BBC NEWS Americas Africa Europe Middle East South Asia Asia Pacific Arabic Persian Pashto Turkish French
BBCi CATEGORIES   TV   RADIO   COMMUNICATE   WHERE I LIVE   INDEX    SEARCH 

BBC News UK Edition
 You are in: World: Middle East  
News Front Page
World
Africa
Americas
Asia-Pacific
Europe
Middle East
South Asia
-------------
From Our Own Correspondent
-------------
Letter From America
UK
England
N Ireland
Scotland
Wales
Politics
Business
Entertainment
Science/Nature
Technology
Health
Education
-------------
Talking Point
-------------
Country Profiles
In Depth
-------------
Programmes
-------------
BBC Sport
BBC Weather
CBBC News
SERVICES
-------------
LANGUAGES
EDITIONS
Tuesday, 5 November, 2002, 12:55 GMT
Profile: Ali Qaed Senyan al-Harthi
Ali Qaed Senyan al-Harthi
Al-Harthi: proved difficult to catch
Ali Qaed Senyan al-Harthi is believed to be one of those killed in the CIA missile strike on a car travelling in Yemen.

Al-Harthi has eluded the clutches of both US and Yemeni authorities for many months.

He was a prime target in the US counter-terrorism campaign because of his suspected involvement in the October 2000 bombing of the USS Cole ship in Yemen's Aden harbour, in which 17 sailors were killed.

A US defence official called him "one of the kingpins" in the attack.

Also known as Abu Ali, he is thought to have had a long history of involvement with al-Qaeda and was considered the network's top operative in Yemen.

'Holy warrior'

It is believed he fought alongside Osama Bin Laden in the war against the Soviet army in Afghanistan.

Osama bin Laden
Al-Harthi was a "close associate" of Osama bin Laden
After the war, he became a close associate of Bin Laden in Sudan in the early 1990s.

Some reports have suggested he acted as the al-Qaeda leader's bodyguard before Bin Laden moved back to Afghanistan in 1996.

Having returned to Yemen, al-Harthi is thought to have gone into hiding last year after finding out he was wanted by the US authorities investigating the USS Cole attack.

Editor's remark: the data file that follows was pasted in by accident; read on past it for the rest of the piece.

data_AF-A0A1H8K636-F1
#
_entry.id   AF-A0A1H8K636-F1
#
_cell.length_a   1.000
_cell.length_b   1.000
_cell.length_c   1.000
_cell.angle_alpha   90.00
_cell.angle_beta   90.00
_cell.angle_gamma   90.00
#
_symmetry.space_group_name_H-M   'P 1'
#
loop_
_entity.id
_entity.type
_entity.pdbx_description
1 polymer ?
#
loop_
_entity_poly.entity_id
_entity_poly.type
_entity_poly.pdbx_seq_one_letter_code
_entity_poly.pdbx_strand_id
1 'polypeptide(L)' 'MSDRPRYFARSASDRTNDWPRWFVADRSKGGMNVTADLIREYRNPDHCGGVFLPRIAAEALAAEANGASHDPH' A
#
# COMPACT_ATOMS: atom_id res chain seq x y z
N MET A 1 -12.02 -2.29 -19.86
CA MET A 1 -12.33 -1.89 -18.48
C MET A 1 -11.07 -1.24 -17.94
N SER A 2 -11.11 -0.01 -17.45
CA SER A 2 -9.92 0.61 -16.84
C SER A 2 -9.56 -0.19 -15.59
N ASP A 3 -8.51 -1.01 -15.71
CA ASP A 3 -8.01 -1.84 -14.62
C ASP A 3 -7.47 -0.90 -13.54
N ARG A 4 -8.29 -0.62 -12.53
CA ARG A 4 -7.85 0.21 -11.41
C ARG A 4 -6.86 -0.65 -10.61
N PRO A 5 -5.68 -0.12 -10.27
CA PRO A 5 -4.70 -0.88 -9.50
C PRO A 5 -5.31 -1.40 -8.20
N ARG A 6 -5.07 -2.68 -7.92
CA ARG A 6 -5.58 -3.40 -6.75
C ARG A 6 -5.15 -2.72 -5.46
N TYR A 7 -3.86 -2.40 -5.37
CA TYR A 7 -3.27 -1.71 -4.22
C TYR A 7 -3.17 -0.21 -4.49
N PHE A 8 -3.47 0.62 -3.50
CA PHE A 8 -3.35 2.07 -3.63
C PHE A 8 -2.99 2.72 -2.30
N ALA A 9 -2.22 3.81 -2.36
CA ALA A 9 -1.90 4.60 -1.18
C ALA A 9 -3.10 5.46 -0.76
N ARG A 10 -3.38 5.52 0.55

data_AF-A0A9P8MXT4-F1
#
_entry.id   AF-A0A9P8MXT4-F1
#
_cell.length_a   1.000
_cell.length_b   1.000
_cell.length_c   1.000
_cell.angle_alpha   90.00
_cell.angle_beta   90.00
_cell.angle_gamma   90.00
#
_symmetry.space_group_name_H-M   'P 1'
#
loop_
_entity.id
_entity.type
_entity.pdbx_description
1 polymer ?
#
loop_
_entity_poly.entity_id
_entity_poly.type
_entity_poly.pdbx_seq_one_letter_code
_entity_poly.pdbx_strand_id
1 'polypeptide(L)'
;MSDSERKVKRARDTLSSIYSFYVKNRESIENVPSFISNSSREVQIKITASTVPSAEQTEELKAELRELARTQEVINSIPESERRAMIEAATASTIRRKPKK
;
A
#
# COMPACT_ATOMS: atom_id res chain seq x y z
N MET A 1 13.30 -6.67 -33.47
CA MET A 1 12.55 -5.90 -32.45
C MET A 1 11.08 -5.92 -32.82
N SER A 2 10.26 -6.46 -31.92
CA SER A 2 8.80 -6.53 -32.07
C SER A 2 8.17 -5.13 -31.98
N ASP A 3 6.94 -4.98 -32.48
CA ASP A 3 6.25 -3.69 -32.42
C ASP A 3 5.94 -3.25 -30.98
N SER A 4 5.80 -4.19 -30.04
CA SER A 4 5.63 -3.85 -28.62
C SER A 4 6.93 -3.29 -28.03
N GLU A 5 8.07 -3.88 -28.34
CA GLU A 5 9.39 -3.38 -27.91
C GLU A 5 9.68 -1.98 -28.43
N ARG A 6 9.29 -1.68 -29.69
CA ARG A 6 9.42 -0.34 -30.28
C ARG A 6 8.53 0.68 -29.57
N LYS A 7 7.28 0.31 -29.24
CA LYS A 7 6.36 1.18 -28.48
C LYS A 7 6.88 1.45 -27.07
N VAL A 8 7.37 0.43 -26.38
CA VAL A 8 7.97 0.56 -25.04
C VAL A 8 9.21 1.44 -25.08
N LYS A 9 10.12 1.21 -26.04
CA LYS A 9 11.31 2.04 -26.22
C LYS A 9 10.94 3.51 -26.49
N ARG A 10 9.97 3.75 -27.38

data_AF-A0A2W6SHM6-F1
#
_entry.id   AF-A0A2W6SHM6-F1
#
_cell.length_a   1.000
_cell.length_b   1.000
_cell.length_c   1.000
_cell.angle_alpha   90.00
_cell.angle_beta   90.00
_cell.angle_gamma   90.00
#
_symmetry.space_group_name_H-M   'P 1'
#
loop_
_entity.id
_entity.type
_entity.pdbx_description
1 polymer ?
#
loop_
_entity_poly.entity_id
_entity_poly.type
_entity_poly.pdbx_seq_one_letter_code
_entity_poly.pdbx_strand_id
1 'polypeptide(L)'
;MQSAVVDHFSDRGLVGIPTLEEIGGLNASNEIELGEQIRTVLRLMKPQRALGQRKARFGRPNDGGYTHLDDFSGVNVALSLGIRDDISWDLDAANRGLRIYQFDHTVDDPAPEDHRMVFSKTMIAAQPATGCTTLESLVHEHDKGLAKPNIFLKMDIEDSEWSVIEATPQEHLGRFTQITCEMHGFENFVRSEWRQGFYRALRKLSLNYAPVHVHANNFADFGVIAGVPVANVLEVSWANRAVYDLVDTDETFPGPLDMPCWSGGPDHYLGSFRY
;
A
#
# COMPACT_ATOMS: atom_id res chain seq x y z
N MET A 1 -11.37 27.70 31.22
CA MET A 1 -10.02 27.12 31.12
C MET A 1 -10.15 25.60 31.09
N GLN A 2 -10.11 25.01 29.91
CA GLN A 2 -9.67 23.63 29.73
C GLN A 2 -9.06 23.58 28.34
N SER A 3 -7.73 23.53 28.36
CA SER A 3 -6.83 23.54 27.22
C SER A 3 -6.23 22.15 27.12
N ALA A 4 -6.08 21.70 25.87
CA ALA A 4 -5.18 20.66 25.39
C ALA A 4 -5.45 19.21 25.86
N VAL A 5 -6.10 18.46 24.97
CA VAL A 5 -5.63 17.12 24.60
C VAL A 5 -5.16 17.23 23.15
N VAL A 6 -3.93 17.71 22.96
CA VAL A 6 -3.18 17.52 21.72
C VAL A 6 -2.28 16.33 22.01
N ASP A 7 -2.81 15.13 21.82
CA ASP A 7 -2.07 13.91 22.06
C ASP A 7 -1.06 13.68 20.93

Lawless

In about August 2001, he moved to the village of al-Hosun in the Yemeni province of Marib, in the mountainous area east of the capital Sana'a, along with Muhammad Hamdi al-Ahdal - another USS Cole bombing suspect.

The province is both one of Yemen's most important - it produces 40% of the country's oil - and one of its most lawless.

Yemeni tribesmen
Tribal leaders, not governments, rule the roost in Marib province
Kidnappings are fairly commonplace and Yemenis rarely travel the region unarmed.

Government forces must obtain the permission of local tribal chiefs before venturing into the area.

In December 2001, a government squad on the trail of the two fugitives experienced the perils of the region first-hand.

An assault on al-Hosun intended to net both suspects ended in a bloodbath, with the death of 18 soldiers and six tribesmen.

Both suspects got away.


Key stories

European probe

Background

IN DEPTH
See also:

05 Nov 02 | Middle East
Links to more Middle East stories are at the foot of the page.


E-mail this story to a friend

Links to more Middle East stories

© BBC ^^ Back to top

News Front Page | World | UK | England | N Ireland | Scotland | Wales |
Politics | Business | Entertainment | Science/Nature | Technology |
Health | Education | Talking Point | Country Profiles | In Depth |
Programmes